Chamorro E.,Complutense University of Madrid |
Bonnin-Arias C.,Complutense University of Madrid |
Perez-Carrasco M.J.,Escuela Universitaria de Optica |
De Luna J.M.,Escuela Universitaria de Optica |
And 2 more authors.
Photochemistry and Photobiology | Year: 2013
Human visual system is exposed to high levels of natural and artificial lights of different spectra and intensities along lifetime. Light-emitting diodes (LEDs) are the basic lighting components in screens of PCs, phones and TV sets; hence it is so important to know the implications of LED radiations on the human visual system. The aim of this study was to investigate the effect of LEDs radiations on human retinal pigment epithelial cells (HRPEpiC). They were exposed to three light-darkness (12 h/12 h) cycles, using blue-468 nm, green-525 nm, red-616 nm and white light. Cellular viability of HRPEpiC was evaluated by labeling all nuclei with DAPI; Production of reactive oxygen species (ROS) was determined by H2DCFDA staining; mitochondrial membrane potential was quantified by TMRM staining; DNA damage was determined by H2AX histone activation, and apoptosis was evaluated by caspases-3,-7 activation. It is shown that LED radiations decrease 75-99% cellular viability, and increase 66-89% cellular apoptosis. They also increase ROS production and DNA damage. Fluorescence intensity of apoptosis was 3.7% in nonirradiated cells and 88.8%, 86.1%, 83.9% and 65.5% in cells exposed to white, blue, green or red light, respectively. This study indicates three light-darkness (12 h/12 h) cycles of exposure to LED lighting affect in vitro HRPEpiC. Effects of monochromatic and white LED lighting on human retinal pigment epithelial cells in vitro. HRPEpiC cells were exposed to LED lighting (irradiated cells) or maintained in darkness (control) for three light-darkness cycles (12 h/12 h). Apoptosis determined by the activation of caspases-3, -7 is observed as a pink coloration around DAPI-stained cells: (1) Representative images of effects of LED lighting on HRPEpiC cells and (2) Graphs displays mean fluorescence intensity radios of irradiated cells versus non irradiated controls. Bars represent mean ± SD from n = 3-5 experiments. The asterisk (*) indicates significant differences as compared to controls (P < 0.05, Student's t-test). © 2012 The American Society of Photobiology.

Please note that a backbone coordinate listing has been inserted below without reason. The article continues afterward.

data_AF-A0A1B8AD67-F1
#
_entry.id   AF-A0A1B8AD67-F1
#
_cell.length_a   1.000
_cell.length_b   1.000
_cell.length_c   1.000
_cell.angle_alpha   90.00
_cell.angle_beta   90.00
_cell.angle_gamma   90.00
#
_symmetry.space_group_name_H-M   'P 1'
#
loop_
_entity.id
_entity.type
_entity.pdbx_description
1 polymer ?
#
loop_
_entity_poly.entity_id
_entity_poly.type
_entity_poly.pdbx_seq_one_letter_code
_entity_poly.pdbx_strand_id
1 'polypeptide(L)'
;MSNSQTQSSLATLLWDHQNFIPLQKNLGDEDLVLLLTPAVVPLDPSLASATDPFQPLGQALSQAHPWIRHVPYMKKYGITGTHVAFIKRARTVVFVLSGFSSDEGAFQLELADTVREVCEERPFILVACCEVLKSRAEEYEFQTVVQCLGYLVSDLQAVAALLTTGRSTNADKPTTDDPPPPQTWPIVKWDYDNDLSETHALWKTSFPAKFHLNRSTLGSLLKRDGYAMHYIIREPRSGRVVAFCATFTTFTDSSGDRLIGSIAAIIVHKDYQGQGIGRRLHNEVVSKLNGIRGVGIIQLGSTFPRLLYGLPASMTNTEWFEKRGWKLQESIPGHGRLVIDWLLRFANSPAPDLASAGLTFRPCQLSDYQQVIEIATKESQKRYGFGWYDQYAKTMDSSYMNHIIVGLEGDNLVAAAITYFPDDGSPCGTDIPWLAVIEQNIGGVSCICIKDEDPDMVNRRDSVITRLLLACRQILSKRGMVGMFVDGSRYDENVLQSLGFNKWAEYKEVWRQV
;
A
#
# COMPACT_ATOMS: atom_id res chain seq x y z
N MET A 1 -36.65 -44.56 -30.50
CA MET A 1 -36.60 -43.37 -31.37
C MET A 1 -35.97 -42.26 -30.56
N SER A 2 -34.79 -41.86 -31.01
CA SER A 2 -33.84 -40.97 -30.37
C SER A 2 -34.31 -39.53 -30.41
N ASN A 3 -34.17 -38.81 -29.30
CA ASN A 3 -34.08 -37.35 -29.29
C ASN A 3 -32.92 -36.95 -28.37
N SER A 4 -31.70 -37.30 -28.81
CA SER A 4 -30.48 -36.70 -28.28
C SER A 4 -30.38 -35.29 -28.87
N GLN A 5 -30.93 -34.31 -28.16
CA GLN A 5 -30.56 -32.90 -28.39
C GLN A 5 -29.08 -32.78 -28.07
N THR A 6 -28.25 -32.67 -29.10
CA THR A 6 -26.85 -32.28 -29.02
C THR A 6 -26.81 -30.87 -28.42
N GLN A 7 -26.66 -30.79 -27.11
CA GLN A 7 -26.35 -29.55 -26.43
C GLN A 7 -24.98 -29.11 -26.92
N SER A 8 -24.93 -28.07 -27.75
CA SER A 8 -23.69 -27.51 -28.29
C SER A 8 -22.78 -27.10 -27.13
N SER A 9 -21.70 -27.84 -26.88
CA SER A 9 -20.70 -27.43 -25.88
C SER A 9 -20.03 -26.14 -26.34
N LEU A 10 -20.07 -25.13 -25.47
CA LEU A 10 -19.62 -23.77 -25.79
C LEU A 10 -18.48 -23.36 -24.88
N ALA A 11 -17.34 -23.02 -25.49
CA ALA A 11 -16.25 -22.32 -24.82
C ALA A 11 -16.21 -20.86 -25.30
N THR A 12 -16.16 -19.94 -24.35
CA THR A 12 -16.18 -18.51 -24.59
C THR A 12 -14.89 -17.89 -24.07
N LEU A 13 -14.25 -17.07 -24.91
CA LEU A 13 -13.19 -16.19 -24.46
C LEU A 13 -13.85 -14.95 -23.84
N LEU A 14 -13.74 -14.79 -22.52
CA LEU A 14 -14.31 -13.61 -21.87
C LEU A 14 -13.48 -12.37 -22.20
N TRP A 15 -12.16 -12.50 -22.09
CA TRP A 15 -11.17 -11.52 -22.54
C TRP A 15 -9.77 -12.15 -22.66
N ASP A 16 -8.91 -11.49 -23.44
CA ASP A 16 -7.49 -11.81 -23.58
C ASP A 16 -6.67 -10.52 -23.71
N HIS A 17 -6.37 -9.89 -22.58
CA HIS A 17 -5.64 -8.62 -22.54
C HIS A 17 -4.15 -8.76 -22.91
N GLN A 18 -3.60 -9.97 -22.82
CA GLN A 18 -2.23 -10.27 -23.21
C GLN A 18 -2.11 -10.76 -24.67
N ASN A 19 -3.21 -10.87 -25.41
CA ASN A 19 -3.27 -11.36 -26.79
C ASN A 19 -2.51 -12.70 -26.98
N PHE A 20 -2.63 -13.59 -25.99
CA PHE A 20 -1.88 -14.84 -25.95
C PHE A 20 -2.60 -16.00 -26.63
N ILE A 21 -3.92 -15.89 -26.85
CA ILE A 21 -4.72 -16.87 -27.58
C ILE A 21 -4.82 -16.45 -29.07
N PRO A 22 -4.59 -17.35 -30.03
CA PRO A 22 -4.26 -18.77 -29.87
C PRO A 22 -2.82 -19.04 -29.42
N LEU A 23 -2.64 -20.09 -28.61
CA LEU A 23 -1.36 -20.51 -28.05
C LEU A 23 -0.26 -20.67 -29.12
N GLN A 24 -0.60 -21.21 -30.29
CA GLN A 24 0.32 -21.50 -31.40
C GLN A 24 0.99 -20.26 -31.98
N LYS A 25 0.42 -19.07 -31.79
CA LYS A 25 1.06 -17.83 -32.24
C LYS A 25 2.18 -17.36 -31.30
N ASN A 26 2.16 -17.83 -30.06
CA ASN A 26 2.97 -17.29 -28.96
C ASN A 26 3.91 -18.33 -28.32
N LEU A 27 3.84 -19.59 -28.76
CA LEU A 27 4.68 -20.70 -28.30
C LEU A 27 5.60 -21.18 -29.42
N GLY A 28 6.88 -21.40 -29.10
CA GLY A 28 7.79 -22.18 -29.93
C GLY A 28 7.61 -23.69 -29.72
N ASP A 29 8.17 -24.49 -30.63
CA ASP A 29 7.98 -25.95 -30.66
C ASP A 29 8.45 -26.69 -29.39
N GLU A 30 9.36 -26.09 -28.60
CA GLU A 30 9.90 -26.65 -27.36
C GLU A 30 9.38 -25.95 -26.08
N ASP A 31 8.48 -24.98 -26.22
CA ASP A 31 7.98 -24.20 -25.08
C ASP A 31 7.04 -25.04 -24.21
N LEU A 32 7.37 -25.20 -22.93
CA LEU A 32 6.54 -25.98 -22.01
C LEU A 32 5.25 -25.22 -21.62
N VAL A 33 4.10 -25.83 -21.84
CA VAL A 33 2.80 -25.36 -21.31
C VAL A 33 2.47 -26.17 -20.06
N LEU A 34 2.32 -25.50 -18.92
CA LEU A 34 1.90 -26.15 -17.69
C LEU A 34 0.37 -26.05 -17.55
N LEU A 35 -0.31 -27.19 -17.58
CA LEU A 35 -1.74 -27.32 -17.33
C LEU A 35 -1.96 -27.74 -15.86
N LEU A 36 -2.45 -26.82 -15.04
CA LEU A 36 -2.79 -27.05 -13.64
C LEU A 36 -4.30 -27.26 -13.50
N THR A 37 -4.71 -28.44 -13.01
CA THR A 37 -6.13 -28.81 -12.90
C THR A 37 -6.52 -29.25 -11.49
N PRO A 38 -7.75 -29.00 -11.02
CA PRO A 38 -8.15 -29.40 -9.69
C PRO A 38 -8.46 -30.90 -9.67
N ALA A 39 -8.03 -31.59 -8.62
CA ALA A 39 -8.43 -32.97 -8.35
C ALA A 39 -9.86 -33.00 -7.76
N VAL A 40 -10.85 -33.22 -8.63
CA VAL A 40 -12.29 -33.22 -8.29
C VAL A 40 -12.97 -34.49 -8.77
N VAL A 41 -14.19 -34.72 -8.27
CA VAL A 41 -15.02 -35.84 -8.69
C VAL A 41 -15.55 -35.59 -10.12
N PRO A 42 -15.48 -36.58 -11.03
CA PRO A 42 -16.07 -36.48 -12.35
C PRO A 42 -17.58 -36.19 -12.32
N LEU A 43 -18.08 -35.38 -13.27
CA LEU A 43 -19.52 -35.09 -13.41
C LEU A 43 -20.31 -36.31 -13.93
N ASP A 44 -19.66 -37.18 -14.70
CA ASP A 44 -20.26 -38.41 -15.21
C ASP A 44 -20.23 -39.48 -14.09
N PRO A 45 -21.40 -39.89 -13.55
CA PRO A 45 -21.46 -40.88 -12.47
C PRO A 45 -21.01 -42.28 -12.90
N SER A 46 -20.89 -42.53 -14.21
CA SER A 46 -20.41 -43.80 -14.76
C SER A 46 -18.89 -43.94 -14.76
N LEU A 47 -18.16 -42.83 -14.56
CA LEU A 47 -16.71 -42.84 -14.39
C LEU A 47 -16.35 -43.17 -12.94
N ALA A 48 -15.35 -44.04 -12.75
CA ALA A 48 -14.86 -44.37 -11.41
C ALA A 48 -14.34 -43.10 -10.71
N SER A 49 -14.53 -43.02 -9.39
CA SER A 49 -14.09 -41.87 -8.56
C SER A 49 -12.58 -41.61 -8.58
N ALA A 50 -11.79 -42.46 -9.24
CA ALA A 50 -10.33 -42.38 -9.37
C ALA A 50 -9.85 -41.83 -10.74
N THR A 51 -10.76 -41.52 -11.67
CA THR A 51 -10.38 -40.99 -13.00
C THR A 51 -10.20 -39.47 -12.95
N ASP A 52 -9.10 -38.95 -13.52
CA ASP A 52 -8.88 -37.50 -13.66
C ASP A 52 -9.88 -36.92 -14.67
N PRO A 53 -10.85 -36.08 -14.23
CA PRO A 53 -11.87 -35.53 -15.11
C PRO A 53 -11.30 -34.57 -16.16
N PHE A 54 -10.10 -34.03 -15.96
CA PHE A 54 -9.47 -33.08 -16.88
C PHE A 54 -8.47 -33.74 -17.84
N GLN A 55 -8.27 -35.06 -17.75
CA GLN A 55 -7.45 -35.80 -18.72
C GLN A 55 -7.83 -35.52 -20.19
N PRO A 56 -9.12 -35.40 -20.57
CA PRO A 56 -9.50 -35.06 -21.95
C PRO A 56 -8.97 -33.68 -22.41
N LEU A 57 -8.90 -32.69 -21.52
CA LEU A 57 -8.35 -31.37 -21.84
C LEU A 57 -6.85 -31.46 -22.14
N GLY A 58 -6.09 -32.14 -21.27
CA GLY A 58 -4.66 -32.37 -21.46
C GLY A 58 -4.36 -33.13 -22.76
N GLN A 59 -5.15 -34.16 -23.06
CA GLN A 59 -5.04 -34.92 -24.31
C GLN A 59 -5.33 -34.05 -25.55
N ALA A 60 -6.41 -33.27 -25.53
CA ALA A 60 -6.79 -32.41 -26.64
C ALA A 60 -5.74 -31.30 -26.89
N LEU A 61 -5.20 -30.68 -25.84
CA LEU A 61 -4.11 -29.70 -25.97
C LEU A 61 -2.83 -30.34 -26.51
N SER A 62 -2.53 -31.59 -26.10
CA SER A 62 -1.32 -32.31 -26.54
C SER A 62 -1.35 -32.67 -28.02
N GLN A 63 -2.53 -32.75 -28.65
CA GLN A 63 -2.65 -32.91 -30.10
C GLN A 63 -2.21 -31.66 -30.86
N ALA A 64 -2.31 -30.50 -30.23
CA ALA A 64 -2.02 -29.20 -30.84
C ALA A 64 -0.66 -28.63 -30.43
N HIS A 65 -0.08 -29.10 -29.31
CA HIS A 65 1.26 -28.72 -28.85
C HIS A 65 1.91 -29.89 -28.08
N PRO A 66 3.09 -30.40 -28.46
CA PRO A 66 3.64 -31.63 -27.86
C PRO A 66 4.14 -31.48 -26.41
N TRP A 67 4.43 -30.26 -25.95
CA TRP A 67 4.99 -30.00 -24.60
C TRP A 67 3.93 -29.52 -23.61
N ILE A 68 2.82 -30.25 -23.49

Carmona P.,CSIC - Institute for the Structure of Matter |
Molina M.,Escuela Universitaria de Optica
Biochemistry | Year: 2010
The secondary structure of the loop IIId domain in the RNA of hepatitis C virus (HCV) is well-conserved among different genotypes of HCV, which suggests that the nucleocapsid proteins may interact with the genome RNA through this loop structure. Using infrared spectroscopy, we monitored structural changes occurring in HCV core protein and loop IIId upon formation of nucleocapsid-like particles (NLPs). The protein secondary structure of these particles involves β-sheet enrichment in relation to its protein monomer. The phosphodiester backbone vibrations of loop IIId reflect the predominant C3′-endo conformation of the riboses involved in the RNA A-form and reveal the packaging-imposed transition of the said RNA segments toward single-stranded structure within the NLPs. Intermolecular protein-nucleic acid contacts in these particles involve RNA phosphate groups and positively charged amino acid residues such as arginine and lysine. Two-dimensional correlation spectroscopic analysis of the spectra measured in the course of deuteration shows synchronous cross-peaks correlating two bands assigned to guanine and arginine side chain, which is consistent with the presence of guanine-arginine interactions in these NLPs. This is also supported by the kinetically favored formation of NLPs having HCV core protein and guanine-enriched synthetic oligonucleotides. We also found that these NPLs are fully permeable to water molecules. © 2010 American Chemical Society.
Silva-Lopez M.,Escuela Universitaria de Optica |
Rico-Garcia J.M.,Escuela University Of Optica |
Alda J.,Escuela Universitaria de Optica
Optica Pura y Aplicada | Year: 2012
The amplitude and phase spatial maps around the focal plane of a laser beam are recovered. Irradiance maps are obtained using a tomographic method based on the knife-edge technique, and the beam phase is obtained by means of an algorithm based on the Irradiance Transport Equation (ITE). Information on the amplitude and phase distribution of an incoming beam is useful for characterization of nanophotonic devices (such as antenna-couple detectors) that are sensitive to these parameters. This method avoids the use of image-forming devices which are not suitable under low spatial resolution conditions. © Sociedad Española de Óptica.